Baker Legal Services llc

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Criminal Defense

What will happen in my misdemeanor case?

I just got arrested. What should I do?
What will happen in my misdemeanor case?
What will happen in my felony case?
Is a suspended imposition of sentence a conviction?

In order to charge a person with a crime, the prosecutor must have probable cause to believe that a crime has been committed. Probable cause typically consists of a sworn statement made by a law enforcement officer. The officer testifies as to his or her observations in the course of his investigation which would lead him to believe that a crime was committed or in progress. Based on this probable cause statement, the prosecutor may decide to charge the case as a misdemeanor or a felony, depending on the facts of the case.

If the prosecutor charges the case as a misdemeanor, he will file a document called an “Information” with the court as well as the officer’s probable cause statement. The person charged with the crime may have been given a summons to appear at court by the law enforcement officer or he may be later arrested or served with a summons to appear.

Before the court can take any action with regards to the criminal charges, it must first arraign the person charged with a crime (the defendant). An arraignment is where the judge in open court informs the defendant of the charges brought against him, the range of punishment the defendant faces and the defendant’s rights. The judge will ask whether the defendant intends to hire an attorney and whether the defendant pleads guilty or not-guilty. If the defendant wants to hire an attorney, the judge may just enter a not-guilty plea to preserve the defendant’s rights and will give the defendant time to obtain an attorney.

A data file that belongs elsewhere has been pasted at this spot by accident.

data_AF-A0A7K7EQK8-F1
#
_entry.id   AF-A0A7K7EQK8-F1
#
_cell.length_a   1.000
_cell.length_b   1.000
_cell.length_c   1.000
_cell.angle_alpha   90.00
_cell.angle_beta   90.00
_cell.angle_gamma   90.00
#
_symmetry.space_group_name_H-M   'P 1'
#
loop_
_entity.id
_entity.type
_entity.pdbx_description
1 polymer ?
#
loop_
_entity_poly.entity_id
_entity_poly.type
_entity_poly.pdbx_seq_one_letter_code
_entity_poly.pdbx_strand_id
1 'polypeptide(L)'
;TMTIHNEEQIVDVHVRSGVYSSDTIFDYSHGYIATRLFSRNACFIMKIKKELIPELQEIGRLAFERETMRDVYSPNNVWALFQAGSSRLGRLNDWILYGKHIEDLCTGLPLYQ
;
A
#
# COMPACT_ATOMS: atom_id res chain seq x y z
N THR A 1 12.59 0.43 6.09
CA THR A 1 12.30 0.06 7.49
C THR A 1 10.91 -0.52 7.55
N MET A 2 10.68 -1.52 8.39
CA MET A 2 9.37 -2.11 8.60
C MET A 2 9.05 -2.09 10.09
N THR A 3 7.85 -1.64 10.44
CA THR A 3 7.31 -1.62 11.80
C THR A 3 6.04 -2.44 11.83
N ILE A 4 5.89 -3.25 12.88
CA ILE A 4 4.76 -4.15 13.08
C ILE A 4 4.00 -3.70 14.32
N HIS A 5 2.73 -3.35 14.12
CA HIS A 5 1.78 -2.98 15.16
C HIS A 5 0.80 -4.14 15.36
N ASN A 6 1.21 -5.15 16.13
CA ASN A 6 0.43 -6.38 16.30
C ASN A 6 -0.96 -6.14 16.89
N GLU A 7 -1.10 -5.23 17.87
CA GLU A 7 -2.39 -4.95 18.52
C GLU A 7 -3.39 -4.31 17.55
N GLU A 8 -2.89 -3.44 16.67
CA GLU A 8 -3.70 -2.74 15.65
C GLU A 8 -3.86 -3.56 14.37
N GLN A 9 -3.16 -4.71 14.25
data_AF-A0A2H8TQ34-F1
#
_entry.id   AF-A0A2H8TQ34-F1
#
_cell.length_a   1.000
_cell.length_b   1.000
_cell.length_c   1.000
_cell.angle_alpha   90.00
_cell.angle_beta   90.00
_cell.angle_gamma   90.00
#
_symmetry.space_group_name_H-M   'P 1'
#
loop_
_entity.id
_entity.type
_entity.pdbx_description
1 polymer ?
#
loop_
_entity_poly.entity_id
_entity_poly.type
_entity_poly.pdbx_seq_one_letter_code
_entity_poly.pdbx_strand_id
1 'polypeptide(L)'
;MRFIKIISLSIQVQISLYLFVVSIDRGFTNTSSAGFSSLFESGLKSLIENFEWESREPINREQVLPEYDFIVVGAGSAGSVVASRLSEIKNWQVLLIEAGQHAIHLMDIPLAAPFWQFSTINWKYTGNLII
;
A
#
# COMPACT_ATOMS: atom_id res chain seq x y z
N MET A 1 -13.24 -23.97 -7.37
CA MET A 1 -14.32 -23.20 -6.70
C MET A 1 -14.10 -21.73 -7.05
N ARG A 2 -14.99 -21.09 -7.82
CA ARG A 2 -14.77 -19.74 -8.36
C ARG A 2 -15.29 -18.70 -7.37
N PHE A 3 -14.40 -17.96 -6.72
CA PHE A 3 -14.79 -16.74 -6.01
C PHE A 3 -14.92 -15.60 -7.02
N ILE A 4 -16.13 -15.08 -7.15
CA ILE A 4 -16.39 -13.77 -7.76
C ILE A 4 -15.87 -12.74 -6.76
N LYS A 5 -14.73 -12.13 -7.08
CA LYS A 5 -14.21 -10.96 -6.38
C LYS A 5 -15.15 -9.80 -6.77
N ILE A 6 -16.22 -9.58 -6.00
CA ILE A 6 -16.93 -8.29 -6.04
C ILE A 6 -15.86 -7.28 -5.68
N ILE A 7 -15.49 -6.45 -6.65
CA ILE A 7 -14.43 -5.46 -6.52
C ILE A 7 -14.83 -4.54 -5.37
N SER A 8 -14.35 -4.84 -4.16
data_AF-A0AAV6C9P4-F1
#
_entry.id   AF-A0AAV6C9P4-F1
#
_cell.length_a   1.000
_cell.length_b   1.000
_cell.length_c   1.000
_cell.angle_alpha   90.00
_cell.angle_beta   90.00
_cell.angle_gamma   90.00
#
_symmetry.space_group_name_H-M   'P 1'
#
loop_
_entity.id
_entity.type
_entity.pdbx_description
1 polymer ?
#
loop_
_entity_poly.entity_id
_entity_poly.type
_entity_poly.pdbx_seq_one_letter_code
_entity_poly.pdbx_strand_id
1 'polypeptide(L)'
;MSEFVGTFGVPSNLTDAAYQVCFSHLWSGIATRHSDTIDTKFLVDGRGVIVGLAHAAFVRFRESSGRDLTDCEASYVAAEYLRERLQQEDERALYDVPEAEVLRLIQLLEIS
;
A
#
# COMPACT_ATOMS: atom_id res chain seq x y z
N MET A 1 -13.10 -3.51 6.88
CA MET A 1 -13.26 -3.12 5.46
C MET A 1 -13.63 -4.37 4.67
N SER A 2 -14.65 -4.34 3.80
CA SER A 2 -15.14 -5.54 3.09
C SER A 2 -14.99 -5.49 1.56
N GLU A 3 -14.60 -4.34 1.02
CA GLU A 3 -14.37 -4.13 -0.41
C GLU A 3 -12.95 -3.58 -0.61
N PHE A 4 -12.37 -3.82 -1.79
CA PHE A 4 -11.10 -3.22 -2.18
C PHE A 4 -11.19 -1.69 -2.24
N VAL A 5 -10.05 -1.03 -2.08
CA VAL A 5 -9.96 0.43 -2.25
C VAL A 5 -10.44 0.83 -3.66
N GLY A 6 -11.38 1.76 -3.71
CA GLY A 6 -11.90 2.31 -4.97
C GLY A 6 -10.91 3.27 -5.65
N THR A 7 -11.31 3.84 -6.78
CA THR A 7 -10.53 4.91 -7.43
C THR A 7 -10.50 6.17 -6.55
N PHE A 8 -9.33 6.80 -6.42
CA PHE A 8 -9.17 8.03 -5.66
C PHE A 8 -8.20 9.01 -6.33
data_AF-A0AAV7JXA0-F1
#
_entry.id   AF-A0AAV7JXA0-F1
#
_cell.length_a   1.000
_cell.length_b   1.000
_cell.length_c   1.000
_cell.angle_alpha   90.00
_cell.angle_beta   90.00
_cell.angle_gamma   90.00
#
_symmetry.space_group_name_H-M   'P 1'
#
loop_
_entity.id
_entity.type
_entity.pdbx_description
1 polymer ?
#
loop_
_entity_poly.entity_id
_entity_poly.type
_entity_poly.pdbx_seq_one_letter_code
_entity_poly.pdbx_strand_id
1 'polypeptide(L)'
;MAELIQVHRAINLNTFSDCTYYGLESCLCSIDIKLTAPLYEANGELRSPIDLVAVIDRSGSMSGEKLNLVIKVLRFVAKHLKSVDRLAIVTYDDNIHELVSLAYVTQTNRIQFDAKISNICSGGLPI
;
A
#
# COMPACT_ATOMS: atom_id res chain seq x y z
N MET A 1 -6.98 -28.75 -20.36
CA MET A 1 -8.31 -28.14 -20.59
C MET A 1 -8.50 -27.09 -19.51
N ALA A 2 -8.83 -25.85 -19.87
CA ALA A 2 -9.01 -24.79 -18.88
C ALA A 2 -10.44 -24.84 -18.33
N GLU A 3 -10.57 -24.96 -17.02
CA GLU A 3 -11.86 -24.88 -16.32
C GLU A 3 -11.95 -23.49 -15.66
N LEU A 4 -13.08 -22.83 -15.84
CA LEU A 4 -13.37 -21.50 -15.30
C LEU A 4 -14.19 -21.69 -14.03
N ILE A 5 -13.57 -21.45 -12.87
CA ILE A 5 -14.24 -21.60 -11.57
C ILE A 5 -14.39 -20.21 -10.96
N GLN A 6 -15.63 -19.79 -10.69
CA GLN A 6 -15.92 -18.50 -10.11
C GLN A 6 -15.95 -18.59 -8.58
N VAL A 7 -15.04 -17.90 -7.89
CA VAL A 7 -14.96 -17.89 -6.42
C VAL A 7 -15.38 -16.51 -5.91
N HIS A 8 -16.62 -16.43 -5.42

If you hire Baker Legal Services, we would obtain a copy of the evidence available to the prosecutor in your case. If there is some basis for a defense, we will investigate the facts of your case, obtain the testimony of witnesses and prepare for trial. At the same time, we will work with the prosecutor to see if an acceptable plea agreement can be reached. You are free to accept or reject any plea agreement—our goal is to present you with the best possible disposition. If no agreement can be reached, we will prepare the case for trial and present our case to a judge and jury.